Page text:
how to replace track lamp head
#11
  
Our house has track lights in the basement, and a lot of spare heads and lamps. One of the heads is blinking and burning out lamps at a fast clip, so I thought I'd replace it with a new one. Problem is I can't figure out how. I was guessing the end of the track would slide out, and then the head would also slide out of the track. Both seen to be firmly attached with no signs of a screw or anything holding them in place. So before I get my fine tuning instrument (16 oz claw hammer) and beat them apart, I though I'd ask. I've attached a pic of the track lap itself, and the business end of a replacement head. There's no doubt in my mind many of you know how to do this.....care to share?
   
   
I started with absolutely nothing. Now, thanks to years of hard work, careful planning, and perseverance, I find I still have most of it left.
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#12
  Re: how to replace track lamp head by fredhargis (Our house has track ...)
Spring loaded.  Pull down to clear the indexing tabs, then turn to release.
Tom

“This place smells like that odd combo of flop sweat, hopelessness, aaaand feet.”







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#13
  Re: RE: how to replace track lamp head by TDKPE (Spring loaded.  Pull...)
OK, thanks...I'll try that. I guess if it just pulls out the end doesn't need to come off.
I started with absolutely nothing. Now, thanks to years of hard work, careful planning, and perseverance, I find I still have most of it left.
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#14
  Re: RE: how to replace track lamp head by fredhargis (OK, thanks...I'll tr...)
(02-14-2020, 02:29 PM)fredhargis Wrote: OK, thanks...I'll try that. I guess if it just pulls out the end doesn't need to come off.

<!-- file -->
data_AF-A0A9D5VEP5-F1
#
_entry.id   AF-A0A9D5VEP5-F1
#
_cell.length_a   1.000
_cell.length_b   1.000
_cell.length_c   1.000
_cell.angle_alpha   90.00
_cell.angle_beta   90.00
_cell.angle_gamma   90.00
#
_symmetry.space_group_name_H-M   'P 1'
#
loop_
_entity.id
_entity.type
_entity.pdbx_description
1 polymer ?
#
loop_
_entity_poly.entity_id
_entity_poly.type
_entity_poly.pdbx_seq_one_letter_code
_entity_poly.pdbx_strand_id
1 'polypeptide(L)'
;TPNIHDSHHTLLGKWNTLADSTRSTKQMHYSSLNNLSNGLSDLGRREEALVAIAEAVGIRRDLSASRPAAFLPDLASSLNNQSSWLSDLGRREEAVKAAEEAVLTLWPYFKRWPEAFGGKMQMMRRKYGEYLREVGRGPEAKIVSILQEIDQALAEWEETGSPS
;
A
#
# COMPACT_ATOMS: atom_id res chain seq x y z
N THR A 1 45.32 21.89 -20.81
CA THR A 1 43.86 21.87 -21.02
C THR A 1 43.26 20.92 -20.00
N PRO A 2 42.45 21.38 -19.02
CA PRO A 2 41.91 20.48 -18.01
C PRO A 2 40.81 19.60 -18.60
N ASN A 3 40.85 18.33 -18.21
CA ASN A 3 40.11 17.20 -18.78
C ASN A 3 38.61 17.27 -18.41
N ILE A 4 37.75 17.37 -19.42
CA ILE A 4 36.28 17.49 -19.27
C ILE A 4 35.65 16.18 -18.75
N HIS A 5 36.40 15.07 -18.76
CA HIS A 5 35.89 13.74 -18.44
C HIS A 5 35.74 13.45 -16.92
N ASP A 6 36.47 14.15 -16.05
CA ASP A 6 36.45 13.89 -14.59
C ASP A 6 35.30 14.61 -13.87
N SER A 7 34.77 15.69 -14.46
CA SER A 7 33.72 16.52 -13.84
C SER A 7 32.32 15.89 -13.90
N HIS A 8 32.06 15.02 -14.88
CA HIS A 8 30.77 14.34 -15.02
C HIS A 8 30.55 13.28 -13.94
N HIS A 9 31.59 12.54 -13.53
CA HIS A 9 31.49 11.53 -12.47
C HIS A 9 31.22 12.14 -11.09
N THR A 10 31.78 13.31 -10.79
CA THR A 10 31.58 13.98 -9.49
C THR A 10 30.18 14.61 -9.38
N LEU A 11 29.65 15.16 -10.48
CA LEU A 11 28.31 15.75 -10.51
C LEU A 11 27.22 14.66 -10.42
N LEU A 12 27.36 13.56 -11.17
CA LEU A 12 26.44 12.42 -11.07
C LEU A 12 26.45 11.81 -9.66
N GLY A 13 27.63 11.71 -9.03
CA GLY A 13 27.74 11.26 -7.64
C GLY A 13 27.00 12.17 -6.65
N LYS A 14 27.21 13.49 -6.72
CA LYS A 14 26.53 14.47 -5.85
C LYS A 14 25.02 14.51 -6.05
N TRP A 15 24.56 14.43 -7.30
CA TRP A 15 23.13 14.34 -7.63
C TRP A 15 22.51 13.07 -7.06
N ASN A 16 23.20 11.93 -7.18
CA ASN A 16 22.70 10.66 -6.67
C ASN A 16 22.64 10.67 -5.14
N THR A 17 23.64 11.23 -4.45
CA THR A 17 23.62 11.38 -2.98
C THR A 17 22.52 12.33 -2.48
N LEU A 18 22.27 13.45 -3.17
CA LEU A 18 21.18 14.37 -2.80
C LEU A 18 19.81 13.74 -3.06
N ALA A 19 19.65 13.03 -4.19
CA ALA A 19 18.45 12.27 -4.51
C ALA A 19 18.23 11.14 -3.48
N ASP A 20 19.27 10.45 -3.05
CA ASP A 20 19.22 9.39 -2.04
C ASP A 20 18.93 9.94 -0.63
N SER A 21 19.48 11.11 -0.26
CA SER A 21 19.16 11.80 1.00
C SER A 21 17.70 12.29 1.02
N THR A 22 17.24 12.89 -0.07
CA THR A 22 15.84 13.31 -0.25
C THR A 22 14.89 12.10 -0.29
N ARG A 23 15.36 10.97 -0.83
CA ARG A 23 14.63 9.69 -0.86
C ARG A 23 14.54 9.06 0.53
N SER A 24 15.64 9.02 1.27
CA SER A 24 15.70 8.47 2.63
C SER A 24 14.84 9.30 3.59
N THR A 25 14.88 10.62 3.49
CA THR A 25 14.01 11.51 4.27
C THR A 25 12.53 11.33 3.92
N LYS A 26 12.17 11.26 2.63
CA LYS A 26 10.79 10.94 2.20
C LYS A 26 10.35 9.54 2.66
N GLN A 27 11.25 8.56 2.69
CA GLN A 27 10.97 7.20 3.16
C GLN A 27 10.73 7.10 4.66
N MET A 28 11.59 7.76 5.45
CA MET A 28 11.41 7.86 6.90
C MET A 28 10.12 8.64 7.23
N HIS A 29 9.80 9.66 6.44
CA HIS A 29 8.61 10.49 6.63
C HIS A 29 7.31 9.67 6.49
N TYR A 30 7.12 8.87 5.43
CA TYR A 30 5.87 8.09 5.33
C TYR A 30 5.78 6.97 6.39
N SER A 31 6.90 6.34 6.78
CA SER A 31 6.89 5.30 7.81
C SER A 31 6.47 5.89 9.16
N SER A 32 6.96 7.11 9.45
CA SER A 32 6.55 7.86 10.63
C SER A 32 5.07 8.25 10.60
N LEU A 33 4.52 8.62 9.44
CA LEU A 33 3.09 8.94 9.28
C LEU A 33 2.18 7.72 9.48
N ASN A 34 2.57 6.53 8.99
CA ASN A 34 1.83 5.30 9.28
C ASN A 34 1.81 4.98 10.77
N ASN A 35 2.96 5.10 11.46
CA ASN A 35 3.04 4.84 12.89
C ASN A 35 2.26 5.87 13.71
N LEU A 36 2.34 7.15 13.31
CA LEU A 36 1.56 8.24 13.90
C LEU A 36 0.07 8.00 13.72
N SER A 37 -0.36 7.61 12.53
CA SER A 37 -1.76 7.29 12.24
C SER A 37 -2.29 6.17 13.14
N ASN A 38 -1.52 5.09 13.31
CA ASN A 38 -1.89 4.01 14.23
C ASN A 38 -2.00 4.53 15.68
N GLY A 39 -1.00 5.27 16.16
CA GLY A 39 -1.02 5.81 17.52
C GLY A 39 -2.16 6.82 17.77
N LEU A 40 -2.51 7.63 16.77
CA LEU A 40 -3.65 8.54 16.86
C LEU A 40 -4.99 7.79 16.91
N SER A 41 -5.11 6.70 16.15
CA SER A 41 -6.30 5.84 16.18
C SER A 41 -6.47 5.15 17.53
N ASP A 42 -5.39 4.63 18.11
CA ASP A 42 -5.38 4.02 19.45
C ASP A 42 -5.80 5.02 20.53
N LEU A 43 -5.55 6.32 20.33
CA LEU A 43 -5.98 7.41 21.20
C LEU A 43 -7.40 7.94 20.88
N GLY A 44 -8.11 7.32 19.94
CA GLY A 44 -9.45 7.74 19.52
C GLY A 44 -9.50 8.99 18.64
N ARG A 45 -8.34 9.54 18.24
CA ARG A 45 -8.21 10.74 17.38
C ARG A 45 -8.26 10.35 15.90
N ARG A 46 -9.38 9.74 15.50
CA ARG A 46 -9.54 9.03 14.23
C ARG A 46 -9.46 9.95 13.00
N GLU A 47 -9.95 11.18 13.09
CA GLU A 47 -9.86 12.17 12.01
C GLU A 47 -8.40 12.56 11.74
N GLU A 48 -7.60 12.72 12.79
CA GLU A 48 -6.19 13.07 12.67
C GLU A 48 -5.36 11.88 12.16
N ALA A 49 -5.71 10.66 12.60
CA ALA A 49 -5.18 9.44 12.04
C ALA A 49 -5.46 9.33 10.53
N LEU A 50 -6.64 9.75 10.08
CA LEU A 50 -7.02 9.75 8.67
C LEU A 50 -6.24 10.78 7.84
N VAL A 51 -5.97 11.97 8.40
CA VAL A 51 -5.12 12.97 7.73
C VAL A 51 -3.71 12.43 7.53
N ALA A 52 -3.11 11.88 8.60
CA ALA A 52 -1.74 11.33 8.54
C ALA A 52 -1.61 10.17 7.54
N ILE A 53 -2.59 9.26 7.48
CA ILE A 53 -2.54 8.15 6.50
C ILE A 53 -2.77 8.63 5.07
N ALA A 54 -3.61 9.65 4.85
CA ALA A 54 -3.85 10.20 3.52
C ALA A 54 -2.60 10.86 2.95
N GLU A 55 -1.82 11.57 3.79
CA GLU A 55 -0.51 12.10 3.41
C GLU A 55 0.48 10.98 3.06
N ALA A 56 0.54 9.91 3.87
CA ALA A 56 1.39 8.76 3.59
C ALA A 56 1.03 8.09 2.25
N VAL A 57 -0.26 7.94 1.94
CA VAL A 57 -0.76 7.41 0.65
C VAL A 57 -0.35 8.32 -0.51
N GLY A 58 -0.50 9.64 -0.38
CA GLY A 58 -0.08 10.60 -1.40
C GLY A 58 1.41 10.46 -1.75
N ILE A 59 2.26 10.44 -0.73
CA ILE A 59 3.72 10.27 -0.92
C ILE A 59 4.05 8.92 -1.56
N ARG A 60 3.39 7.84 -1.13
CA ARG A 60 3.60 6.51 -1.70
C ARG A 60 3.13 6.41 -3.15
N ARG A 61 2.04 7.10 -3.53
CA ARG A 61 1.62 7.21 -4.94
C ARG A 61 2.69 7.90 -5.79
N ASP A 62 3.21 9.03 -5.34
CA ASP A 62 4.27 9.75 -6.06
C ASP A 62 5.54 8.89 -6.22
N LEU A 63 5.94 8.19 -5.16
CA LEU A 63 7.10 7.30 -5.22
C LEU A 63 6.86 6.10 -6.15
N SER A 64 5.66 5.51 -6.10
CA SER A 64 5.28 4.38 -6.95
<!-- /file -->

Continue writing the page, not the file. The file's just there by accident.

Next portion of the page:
Those two metal tangs on the right are what connect to the hot and neutral, and they're in line with the two larger plastic tangs, one on each side that both hold one set of tangs, lock into the track.  Pulling down should get it just far enough away from the track that the little plastic tangs on the square part, which are engaged in the long slot of the track, just clear the slot so the whole thing can rotate, which brings the metal conductive tangs out of their slots deep inside the track. 

To put it back in, you insert it at 90 degrees to normal, rotate until the little outside tangs hit the track, then pull down just enough that they clear and you can finish rotating it, then let the spring pull those little tangs into the slot so the square sits flat on the bottom of the track.

At least, that's how I think it works.   Laugh
Tom

“This place smells like that odd combo of flop sweat, hopelessness, aaaand feet.”







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#15
  Re: how to replace track lamp head by fredhargis (Our house has track ...)
You were exactly right (I didn't have any doubt), changed it in 5 minutes.
I started with absolutely nothing. Now, thanks to years of hard work, careful planning, and perseverance, I find I still have most of it left.